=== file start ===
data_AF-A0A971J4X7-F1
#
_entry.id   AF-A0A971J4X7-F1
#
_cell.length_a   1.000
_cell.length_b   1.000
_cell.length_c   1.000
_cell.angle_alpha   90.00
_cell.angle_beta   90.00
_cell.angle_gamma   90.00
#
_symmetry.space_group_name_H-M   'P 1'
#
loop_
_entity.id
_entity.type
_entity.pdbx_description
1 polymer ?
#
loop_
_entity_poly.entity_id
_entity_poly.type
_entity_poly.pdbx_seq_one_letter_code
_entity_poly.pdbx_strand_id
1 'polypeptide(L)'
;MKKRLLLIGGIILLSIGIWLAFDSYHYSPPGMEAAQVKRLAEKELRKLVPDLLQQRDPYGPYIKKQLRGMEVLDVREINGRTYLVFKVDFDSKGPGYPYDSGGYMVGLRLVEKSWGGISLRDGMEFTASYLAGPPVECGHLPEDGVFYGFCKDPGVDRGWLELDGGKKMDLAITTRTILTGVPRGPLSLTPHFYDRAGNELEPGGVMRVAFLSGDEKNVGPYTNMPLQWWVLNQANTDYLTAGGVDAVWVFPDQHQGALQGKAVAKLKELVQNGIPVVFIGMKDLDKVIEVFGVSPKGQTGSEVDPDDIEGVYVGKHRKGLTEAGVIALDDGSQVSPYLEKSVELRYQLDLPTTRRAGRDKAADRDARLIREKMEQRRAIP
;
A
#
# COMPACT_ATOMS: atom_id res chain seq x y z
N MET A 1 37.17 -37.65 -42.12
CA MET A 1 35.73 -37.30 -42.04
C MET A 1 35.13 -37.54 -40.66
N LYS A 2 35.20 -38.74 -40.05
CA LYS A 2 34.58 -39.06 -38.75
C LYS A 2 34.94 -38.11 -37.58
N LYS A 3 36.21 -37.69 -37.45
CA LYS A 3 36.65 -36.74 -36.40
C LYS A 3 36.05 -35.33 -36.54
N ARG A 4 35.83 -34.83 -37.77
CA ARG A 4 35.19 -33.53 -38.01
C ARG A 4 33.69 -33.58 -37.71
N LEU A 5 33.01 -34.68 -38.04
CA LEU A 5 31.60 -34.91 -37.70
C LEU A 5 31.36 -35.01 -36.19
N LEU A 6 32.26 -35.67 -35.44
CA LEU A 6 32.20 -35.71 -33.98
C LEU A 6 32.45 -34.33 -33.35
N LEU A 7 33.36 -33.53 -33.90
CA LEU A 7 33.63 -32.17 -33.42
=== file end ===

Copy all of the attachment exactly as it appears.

data_AF-A0A971J4X7-F1
#
_entry.id   AF-A0A971J4X7-F1
#
_cell.length_a   1.000
_cell.length_b   1.000
_cell.length_c   1.000
_cell.angle_alpha   90.00
_cell.angle_beta   90.00
_cell.angle_gamma   90.00
#
_symmetry.space_group_name_H-M   'P 1'
#
loop_
_entity.id
_entity.type
_entity.pdbx_description
1 polymer ?
#
loop_
_entity_poly.entity_id
_entity_poly.type
_entity_poly.pdbx_seq_one_letter_code
_entity_poly.pdbx_strand_id
1 'polypeptide(L)'
;MKKRLLLIGGIILLSIGIWLAFDSYHYSPPGMEAAQVKRLAEKELRKLVPDLLQQRDPYGPYIKKQLRGMEVLDVREINGRTYLVFKVDFDSKGPGYPYDSGGYMVGLRLVEKSWGGISLRDGMEFTASYLAGPPVECGHLPEDGVFYGFCKDPGVDRGWLELDGGKKMDLAITTRTILTGVPRGPLSLTPHFYDRAGNELEPGGVMRVAFLSGDEKNVGPYTNMPLQWWVLNQANTDYLTAGGVDAVWVFPDQHQGALQGKAVAKLKELVQNGIPVVFIGMKDLDKVIEVFGVSPKGQTGSEVDPDDIEGVYVGKHRKGLTEAGVIALDDGSQVSPYLEKSVELRYQLDLPTTRRAGRDKAADRDARLIREKMEQRRAIP
;
A
#
# COMPACT_ATOMS: atom_id res chain seq x y z
N MET A 1 37.17 -37.65 -42.12
CA MET A 1 35.73 -37.30 -42.04
C MET A 1 35.13 -37.54 -40.66
N LYS A 2 35.20 -38.74 -40.05
CA LYS A 2 34.58 -39.06 -38.75
C LYS A 2 34.94 -38.11 -37.58
N LYS A 3 36.21 -37.69 -37.45
CA LYS A 3 36.65 -36.74 -36.40
C LYS A 3 36.05 -35.33 -36.54
N ARG A 4 35.83 -34.83 -37.77
CA ARG A 4 35.19 -33.53 -38.01
C ARG A 4 33.69 -33.58 -37.71
N LEU A 5 33.01 -34.68 -38.04
CA LEU A 5 31.60 -34.91 -37.70
C LEU A 5 31.36 -35.01 -36.19
N LEU A 6 32.26 -35.67 -35.44
CA LEU A 6 32.20 -35.71 -33.98
C LEU A 6 32.45 -34.33 -33.35
N LEU A 7 33.36 -33.53 -33.90
CA LEU A 7 33.63 -32.17 -33.42